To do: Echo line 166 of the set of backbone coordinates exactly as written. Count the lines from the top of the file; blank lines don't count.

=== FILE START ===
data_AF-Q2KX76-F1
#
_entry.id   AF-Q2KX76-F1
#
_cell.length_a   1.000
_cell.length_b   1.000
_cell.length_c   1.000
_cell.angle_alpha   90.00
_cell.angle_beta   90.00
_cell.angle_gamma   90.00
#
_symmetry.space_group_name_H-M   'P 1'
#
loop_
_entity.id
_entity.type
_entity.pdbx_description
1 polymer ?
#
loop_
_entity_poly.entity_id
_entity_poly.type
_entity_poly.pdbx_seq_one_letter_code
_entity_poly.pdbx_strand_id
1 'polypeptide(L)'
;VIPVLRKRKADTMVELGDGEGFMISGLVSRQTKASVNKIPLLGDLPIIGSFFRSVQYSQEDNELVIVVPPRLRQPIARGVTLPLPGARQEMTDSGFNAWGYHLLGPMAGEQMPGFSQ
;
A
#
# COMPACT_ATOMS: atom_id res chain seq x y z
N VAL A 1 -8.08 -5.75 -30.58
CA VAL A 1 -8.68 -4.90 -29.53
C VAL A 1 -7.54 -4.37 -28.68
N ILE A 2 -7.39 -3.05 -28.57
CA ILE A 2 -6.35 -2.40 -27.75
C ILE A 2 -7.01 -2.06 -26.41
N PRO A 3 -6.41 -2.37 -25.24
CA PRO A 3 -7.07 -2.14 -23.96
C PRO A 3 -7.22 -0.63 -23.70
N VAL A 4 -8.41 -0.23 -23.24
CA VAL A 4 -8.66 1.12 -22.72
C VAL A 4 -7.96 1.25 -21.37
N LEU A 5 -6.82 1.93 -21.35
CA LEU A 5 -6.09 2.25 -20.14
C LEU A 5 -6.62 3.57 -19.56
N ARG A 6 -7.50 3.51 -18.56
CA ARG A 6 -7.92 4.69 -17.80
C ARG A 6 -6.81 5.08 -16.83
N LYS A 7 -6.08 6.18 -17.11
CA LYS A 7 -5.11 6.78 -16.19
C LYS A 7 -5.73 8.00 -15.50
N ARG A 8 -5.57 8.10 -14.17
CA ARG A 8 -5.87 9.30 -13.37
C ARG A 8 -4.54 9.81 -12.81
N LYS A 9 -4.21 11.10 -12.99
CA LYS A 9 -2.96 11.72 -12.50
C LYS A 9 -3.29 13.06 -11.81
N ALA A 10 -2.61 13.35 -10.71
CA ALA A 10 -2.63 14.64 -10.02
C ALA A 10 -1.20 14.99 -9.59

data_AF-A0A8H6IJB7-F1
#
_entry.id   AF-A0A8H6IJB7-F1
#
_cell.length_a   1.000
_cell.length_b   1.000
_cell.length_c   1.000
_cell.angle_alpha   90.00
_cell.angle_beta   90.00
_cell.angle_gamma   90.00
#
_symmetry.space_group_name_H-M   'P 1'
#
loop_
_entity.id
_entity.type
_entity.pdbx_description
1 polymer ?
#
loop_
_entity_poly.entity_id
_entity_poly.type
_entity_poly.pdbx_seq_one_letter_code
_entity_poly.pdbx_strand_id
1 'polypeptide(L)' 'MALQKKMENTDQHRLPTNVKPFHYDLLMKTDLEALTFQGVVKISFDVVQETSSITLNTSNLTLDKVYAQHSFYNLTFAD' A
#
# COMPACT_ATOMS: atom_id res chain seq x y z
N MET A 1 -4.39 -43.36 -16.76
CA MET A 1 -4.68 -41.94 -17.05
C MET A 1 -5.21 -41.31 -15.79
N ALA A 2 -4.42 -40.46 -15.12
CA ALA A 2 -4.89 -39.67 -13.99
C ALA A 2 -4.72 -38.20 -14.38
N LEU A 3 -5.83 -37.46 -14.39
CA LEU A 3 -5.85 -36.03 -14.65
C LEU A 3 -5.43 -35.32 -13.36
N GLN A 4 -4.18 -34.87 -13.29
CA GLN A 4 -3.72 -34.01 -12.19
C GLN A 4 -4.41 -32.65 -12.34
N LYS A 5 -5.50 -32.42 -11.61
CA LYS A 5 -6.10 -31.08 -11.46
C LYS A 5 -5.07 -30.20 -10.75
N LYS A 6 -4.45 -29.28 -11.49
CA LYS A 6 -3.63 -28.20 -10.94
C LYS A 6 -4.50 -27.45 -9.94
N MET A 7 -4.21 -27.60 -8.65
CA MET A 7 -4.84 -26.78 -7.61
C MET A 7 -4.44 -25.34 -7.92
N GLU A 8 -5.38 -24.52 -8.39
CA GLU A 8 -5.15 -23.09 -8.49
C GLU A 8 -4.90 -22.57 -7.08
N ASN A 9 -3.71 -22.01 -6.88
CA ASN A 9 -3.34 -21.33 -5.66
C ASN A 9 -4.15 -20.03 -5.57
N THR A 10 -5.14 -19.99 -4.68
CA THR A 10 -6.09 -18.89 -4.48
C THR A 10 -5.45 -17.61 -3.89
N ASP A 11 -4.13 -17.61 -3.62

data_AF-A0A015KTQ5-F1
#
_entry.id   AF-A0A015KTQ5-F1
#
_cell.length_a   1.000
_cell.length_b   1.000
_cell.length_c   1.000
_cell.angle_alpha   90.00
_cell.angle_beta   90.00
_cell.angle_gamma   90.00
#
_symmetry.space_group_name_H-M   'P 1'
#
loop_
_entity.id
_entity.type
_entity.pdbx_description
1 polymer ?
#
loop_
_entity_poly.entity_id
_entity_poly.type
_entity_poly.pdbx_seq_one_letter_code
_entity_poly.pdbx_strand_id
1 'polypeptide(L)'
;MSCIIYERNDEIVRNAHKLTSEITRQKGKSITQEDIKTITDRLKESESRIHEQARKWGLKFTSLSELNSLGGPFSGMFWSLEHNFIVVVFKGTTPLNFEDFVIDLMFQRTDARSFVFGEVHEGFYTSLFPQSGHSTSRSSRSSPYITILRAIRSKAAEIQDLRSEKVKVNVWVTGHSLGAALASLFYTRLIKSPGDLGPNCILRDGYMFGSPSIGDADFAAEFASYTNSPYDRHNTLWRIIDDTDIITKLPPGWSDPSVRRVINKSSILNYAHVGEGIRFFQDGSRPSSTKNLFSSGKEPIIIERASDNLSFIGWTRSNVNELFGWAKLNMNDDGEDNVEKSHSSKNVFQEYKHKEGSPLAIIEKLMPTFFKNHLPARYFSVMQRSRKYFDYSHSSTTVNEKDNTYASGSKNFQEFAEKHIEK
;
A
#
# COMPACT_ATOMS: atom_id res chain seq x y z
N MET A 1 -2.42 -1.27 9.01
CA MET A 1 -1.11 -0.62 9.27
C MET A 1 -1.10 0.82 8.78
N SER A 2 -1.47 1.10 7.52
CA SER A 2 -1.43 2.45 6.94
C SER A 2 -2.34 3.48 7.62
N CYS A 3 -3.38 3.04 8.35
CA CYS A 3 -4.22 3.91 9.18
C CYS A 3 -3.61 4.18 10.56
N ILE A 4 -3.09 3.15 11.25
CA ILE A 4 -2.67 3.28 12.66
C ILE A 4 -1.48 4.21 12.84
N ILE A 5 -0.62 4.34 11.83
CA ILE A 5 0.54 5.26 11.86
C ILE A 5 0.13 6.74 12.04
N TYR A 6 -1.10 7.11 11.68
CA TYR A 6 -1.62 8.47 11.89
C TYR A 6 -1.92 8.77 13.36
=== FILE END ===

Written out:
C TYR A 6 -1.92 8.77 13.36